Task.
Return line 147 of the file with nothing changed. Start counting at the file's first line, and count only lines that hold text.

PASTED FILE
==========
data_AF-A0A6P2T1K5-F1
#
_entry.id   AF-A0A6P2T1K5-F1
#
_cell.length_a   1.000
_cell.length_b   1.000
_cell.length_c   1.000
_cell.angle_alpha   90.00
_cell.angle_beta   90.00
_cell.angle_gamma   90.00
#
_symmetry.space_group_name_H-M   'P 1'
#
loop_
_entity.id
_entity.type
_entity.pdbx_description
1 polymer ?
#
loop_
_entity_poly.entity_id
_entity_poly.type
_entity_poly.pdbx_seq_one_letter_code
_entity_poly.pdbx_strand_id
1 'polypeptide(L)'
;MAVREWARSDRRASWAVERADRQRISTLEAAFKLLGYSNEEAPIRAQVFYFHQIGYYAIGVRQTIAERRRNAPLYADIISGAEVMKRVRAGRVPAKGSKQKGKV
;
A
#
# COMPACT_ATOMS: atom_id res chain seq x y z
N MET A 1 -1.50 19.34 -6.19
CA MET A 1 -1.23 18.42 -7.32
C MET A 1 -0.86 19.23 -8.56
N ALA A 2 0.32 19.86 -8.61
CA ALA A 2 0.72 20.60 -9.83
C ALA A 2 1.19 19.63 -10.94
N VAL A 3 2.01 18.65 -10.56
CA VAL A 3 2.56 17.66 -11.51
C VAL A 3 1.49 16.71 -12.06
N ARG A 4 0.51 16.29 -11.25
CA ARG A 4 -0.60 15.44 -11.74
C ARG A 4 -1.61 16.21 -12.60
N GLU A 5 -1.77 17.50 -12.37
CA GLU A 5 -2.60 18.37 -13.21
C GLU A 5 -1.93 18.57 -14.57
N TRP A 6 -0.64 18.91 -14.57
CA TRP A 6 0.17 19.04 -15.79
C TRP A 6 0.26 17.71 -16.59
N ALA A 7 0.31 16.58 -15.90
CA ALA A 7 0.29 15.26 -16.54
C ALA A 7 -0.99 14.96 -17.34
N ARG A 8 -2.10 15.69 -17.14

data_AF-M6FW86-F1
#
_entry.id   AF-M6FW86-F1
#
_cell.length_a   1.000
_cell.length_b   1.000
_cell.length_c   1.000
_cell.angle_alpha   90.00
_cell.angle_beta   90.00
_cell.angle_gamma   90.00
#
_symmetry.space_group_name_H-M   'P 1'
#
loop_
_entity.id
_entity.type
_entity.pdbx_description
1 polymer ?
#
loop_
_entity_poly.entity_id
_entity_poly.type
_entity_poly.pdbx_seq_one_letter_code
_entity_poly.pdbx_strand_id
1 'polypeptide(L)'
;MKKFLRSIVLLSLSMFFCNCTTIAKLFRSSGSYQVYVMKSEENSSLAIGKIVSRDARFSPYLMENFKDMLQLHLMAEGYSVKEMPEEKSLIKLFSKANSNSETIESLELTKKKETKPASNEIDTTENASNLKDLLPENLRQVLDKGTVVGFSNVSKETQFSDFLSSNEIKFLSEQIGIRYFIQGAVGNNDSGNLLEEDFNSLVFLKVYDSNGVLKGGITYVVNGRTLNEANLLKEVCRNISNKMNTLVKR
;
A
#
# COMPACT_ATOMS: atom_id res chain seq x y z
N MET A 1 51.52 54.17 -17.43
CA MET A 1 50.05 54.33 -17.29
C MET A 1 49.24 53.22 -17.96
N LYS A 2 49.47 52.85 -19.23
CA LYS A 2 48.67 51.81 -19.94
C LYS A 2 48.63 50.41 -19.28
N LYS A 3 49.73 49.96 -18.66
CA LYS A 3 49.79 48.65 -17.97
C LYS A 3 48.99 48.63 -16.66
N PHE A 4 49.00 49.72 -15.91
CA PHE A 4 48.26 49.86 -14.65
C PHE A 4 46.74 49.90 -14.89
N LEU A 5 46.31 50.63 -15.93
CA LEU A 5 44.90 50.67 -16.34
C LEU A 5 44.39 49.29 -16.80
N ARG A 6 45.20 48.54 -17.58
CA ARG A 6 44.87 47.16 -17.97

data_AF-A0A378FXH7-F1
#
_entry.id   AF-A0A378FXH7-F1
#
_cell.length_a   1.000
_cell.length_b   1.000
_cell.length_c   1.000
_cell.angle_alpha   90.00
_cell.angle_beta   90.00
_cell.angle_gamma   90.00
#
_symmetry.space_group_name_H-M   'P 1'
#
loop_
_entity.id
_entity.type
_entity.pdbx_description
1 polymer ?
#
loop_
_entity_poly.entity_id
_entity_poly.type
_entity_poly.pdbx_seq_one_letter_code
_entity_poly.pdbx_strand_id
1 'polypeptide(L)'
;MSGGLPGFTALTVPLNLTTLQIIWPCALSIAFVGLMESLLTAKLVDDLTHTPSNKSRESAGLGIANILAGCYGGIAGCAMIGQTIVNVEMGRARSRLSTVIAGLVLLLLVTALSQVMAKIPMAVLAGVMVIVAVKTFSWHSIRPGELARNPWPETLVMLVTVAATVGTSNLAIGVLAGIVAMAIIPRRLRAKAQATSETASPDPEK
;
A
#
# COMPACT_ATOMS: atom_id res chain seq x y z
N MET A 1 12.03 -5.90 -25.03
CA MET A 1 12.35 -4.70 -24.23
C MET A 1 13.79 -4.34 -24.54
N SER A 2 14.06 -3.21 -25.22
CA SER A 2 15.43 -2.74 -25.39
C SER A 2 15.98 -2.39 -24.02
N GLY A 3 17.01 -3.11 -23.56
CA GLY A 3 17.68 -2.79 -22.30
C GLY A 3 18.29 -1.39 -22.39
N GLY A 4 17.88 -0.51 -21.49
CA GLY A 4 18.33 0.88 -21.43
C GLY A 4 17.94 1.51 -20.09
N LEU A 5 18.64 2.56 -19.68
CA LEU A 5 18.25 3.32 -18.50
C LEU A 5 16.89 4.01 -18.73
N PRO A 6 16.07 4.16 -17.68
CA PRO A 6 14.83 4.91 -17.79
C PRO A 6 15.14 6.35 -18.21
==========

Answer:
C PRO A 6 15.14 6.35 -18.21